Sergio Marchionne 


For all its products’ beauty and brutality, Ferrari specializes in soft power. Take LaFerrari, the 1,000-horsepower, $1.3 million supercar introduced in 2014, whose mighty V12 engine and electric motors could accelerate time itself. Here’s the soft part: Ferrari handpicked the car’s 499 buyers. Such fiendish control helps ensure the marque’s appeal even to those who never drive, let alone own, the masterpieces from Maranello. Having assumed the top job at Ferrari last fall, Marchionne is putting the brand on the march like never before, helping inaugurate a deeply immersive retail store in Milan this spring. The factory-owned location, designed by architect Massimo Iosa Ghini, engages tifosi—the brand’s fans—via simulators as realistic as those used by Formula 1 drivers. “The Ferrari brand is rare because it combines universality with exclusivity,” says Stefano Lai, Ferrari’s senior vice president of communications. “Our goal is to move people.”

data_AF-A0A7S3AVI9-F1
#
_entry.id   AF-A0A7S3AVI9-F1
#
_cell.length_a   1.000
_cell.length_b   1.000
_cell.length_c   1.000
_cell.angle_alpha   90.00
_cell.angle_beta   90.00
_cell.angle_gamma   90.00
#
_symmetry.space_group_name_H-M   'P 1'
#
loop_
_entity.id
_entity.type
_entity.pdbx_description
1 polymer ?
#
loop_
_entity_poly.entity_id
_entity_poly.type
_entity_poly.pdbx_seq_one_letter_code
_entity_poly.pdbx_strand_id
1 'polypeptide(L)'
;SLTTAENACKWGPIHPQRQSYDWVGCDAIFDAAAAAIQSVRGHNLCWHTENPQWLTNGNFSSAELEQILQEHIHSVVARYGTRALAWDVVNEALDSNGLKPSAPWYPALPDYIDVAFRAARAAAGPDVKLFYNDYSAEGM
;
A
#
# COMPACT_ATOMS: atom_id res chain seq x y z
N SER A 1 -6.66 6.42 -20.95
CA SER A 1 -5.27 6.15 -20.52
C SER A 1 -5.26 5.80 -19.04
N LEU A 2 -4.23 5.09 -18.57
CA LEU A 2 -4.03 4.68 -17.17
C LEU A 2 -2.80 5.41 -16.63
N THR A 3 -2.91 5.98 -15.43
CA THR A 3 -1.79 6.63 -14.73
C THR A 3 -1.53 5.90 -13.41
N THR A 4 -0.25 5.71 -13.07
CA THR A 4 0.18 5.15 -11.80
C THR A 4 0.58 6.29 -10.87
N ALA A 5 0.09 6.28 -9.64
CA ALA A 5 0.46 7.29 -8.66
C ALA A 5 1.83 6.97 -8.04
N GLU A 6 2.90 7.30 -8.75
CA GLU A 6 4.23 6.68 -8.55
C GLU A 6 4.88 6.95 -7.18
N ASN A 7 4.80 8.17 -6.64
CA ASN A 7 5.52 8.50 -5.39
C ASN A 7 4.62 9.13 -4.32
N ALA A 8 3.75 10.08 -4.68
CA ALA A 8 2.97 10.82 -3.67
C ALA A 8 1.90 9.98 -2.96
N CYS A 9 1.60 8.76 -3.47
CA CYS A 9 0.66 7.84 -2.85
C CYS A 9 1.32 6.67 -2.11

Beyond Marchionne’s responsibilities as the chairman of Ferrari, the 62-year-old’s primary role is to run Fiat Chrysler Automobiles-. Working in the auto industry for just 11 years—prior to 2004, when he took the top job at Fiat, he had been an executive at various industrial companies—he brings an outsider perspective that’s shaking up Detroit. Recently, Marchionne made news for reportedly proposing a merger to General Motors CEO Mary T. Barra, thus earning him the title “Detroit’s Chief Instigator” in a splashy New York Times Sunday Business profile.



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